Destruction of magnetic surfaces by magnetic field irregularities

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Destruction of magnetic surfaces by magnetic field irregularities
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1966 Nucl. Fusion 6 297
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A perturbation theory analogous to that of quasi-linear theory is developed to treat the behavior
of magnetic surfaces, in particular to estimate their stability against field irregularities. The method
exploits the similarity between the Vlasov equation and the Liouville equation for field lines. We
find that a very important role is played by field resonances, that isolated resonances have a limited
effect, extended over a finite width which we estimate, but as soon as resonances overlap, a very
rapid destruction of flux surfaces may be expected.
The existence of "magnetic surfaces" in toroidal
traps is a crucial ansatz for high temperature plasma
confinement in closed system. Such surfaces are known
to exist rigorously only in cases of special symmetry,
for example, a linear system with helical windings or
a torus with a hard core. It is very difficult to estimate
the degree to which field lines depart from surfaces in
other cases. The mathematical nature of the difficulty
lies in the complicated non-linear differential equations
which govern the behavior of magnetic field lines and
which have coefficients periodically varying along the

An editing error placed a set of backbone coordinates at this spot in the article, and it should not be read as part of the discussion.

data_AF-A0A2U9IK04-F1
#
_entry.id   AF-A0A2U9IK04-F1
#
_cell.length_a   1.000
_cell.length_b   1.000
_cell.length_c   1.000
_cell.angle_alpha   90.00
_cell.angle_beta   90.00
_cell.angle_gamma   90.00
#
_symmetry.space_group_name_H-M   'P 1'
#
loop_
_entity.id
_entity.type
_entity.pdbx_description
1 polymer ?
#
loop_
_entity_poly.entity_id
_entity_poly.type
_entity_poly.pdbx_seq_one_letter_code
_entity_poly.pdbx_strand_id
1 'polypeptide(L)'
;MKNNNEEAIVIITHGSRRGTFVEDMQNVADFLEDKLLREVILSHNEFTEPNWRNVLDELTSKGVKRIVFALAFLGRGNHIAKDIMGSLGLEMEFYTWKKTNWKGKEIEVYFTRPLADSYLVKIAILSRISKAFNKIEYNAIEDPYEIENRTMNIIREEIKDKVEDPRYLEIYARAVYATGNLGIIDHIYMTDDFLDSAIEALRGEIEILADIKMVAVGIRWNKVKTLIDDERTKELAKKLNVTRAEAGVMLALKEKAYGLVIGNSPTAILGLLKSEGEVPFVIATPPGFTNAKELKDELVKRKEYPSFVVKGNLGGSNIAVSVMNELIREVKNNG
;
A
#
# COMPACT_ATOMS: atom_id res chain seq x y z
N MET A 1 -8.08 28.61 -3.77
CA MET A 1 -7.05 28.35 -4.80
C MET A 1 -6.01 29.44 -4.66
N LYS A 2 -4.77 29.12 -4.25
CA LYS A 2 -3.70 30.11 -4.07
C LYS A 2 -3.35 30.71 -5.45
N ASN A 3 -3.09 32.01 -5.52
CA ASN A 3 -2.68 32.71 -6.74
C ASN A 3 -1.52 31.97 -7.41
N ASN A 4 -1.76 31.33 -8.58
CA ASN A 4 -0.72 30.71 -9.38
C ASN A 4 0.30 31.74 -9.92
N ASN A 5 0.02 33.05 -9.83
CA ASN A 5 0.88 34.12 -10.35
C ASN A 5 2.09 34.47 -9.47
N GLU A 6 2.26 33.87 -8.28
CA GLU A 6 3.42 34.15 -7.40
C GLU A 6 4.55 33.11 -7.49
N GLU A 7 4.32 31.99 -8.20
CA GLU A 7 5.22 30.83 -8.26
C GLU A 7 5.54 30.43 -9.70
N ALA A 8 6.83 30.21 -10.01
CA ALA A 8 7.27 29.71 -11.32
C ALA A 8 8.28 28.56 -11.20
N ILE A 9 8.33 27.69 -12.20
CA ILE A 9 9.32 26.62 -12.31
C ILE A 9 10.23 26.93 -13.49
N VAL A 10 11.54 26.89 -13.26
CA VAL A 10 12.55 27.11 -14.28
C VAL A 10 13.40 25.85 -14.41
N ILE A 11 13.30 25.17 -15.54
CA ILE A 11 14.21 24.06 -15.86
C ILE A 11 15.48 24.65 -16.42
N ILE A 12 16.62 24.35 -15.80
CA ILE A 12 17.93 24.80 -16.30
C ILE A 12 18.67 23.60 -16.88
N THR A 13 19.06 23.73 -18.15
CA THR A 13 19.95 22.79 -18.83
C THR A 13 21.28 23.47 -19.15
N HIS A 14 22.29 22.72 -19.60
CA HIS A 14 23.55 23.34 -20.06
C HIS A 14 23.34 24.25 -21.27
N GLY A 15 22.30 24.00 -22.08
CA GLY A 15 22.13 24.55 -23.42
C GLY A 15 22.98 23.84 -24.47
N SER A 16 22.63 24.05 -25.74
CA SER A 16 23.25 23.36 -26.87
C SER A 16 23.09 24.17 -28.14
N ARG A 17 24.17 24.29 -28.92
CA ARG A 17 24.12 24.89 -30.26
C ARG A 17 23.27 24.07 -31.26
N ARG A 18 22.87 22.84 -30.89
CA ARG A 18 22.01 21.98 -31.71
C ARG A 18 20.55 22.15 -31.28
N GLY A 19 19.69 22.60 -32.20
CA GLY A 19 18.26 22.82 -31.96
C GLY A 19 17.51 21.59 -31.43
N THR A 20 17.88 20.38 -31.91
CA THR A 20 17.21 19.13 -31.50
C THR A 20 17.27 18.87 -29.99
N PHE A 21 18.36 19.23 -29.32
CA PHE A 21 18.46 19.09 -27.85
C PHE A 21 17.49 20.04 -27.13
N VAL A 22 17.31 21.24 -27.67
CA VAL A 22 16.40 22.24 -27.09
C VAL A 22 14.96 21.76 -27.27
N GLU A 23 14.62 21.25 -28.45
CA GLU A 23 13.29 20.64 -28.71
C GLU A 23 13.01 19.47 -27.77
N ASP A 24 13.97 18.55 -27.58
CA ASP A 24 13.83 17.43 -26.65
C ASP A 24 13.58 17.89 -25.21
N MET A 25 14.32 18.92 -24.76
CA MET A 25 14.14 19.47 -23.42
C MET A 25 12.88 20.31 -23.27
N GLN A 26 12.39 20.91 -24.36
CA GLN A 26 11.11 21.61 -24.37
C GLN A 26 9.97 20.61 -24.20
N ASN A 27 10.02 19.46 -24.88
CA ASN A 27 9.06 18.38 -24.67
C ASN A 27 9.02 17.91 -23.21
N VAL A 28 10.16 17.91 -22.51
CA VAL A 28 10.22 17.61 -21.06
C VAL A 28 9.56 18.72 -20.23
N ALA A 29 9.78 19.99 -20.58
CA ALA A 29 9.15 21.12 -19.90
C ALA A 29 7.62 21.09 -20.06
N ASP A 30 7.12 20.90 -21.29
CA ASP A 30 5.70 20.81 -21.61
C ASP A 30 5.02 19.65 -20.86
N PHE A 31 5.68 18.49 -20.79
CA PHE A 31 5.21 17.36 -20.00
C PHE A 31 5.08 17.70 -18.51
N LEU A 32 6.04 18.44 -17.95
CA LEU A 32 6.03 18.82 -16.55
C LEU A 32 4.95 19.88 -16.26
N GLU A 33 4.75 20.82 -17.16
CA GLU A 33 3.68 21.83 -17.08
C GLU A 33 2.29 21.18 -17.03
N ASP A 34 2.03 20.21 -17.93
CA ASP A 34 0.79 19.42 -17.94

torus. The problem is to determine whether the solutions of such nonlinear differential equations with
periodic coefficients are stable. Especially important
perturbations are those which may be in resonance
with the rotational transform. In fact, any irregularities
of magnetic coils, being periodic along the toroid,
might be in resonance, and one may expect a strong
influence of such resonant disturbances on the magnetic
field lines. On the other hand, strong shear may help
to reduce these disturbances because the change of
rotational transform with radius restricts the resonances to a small region [1].
The purpose of this note is to develop a simple
method by which one may approximately treat cases
with one, two, or many, resonant perturbations. We
find a criterion for "overlapping" of resonances and
show that if resonances do not overlap, then flux
surfaces are only destroyed in a local region; when
resonances overlap strongly, a Brownian motion of
flux lines occurs.
To solve the problem we find it convenient to
introduce the Liouville equation which has, as its
characteristics, the equations for the magnetic field
lines. Thus, in cylindrical coordinates we may write,
dr/dy = rBtjB9
dzjdcp =
role of time in the usual dynamical equations. Note
that/(27t)^/(0) as the field line does not necessarily
return to its original position after having gone round
the torus. The problem we are now concerned with
primarily is a perturbation around a situation in which
exact flux surfaces exist. We introduce action-angle
variables (J, 0) for the unperturbed field; J labels the
flux surface and the change in 6 following a field line